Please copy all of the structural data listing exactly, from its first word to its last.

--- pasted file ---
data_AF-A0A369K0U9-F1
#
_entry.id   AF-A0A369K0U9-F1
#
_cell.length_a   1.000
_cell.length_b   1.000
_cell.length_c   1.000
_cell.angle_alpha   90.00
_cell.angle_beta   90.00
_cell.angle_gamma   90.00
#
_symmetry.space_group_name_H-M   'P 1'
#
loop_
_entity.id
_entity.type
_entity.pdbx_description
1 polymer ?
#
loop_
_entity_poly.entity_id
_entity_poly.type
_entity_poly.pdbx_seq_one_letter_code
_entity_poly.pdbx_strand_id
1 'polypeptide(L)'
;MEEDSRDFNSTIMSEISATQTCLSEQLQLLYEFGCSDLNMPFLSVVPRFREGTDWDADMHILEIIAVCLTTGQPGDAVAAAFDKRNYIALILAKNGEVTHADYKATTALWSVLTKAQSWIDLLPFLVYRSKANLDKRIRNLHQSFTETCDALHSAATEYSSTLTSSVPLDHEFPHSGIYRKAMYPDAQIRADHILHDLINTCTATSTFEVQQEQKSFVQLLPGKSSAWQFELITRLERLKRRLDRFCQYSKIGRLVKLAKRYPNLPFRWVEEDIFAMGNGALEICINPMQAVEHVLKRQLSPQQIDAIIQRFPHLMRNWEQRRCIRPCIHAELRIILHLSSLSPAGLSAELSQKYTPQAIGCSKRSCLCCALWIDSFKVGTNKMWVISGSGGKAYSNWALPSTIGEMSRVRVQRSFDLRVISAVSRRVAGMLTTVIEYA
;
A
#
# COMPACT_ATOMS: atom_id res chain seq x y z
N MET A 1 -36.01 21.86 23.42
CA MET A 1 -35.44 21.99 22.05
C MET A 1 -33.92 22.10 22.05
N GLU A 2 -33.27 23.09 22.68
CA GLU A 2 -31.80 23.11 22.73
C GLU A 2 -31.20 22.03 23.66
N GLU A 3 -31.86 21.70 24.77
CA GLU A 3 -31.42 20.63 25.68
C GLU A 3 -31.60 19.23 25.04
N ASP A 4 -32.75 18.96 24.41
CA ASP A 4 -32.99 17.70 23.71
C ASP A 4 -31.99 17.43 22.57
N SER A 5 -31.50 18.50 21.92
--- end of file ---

data_AF-A0A369K0U9-F1
#
_entry.id   AF-A0A369K0U9-F1
#
_cell.length_a   1.000
_cell.length_b   1.000
_cell.length_c   1.000
_cell.angle_alpha   90.00
_cell.angle_beta   90.00
_cell.angle_gamma   90.00
#
_symmetry.space_group_name_H-M   'P 1'
#
loop_
_entity.id
_entity.type
_entity.pdbx_description
1 polymer ?
#
loop_
_entity_poly.entity_id
_entity_poly.type
_entity_poly.pdbx_seq_one_letter_code
_entity_poly.pdbx_strand_id
1 'polypeptide(L)'
;MEEDSRDFNSTIMSEISATQTCLSEQLQLLYEFGCSDLNMPFLSVVPRFREGTDWDADMHILEIIAVCLTTGQPGDAVAAAFDKRNYIALILAKNGEVTHADYKATTALWSVLTKAQSWIDLLPFLVYRSKANLDKRIRNLHQSFTETCDALHSAATEYSSTLTSSVPLDHEFPHSGIYRKAMYPDAQIRADHILHDLINTCTATSTFEVQQEQKSFVQLLPGKSSAWQFELITRLERLKRRLDRFCQYSKIGRLVKLAKRYPNLPFRWVEEDIFAMGNGALEICINPMQAVEHVLKRQLSPQQIDAIIQRFPHLMRNWEQRRCIRPCIHAELRIILHLSSLSPAGLSAELSQKYTPQAIGCSKRSCLCCALWIDSFKVGTNKMWVISGSGGKAYSNWALPSTIGEMSRVRVQRSFDLRVISAVSRRVAGMLTTVIEYA
;
A
#
# COMPACT_ATOMS: atom_id res chain seq x y z
N MET A 1 -36.01 21.86 23.42
CA MET A 1 -35.44 21.99 22.05
C MET A 1 -33.92 22.10 22.05
N GLU A 2 -33.27 23.09 22.68
CA GLU A 2 -31.80 23.11 22.73
C GLU A 2 -31.20 22.03 23.66
N GLU A 3 -31.86 21.70 24.77
CA GLU A 3 -31.42 20.63 25.68
C GLU A 3 -31.60 19.23 25.04
N ASP A 4 -32.75 18.96 24.41
CA ASP A 4 -32.99 17.70 23.71
C ASP A 4 -31.99 17.43 22.57
N SER A 5 -31.50 18.50 21.92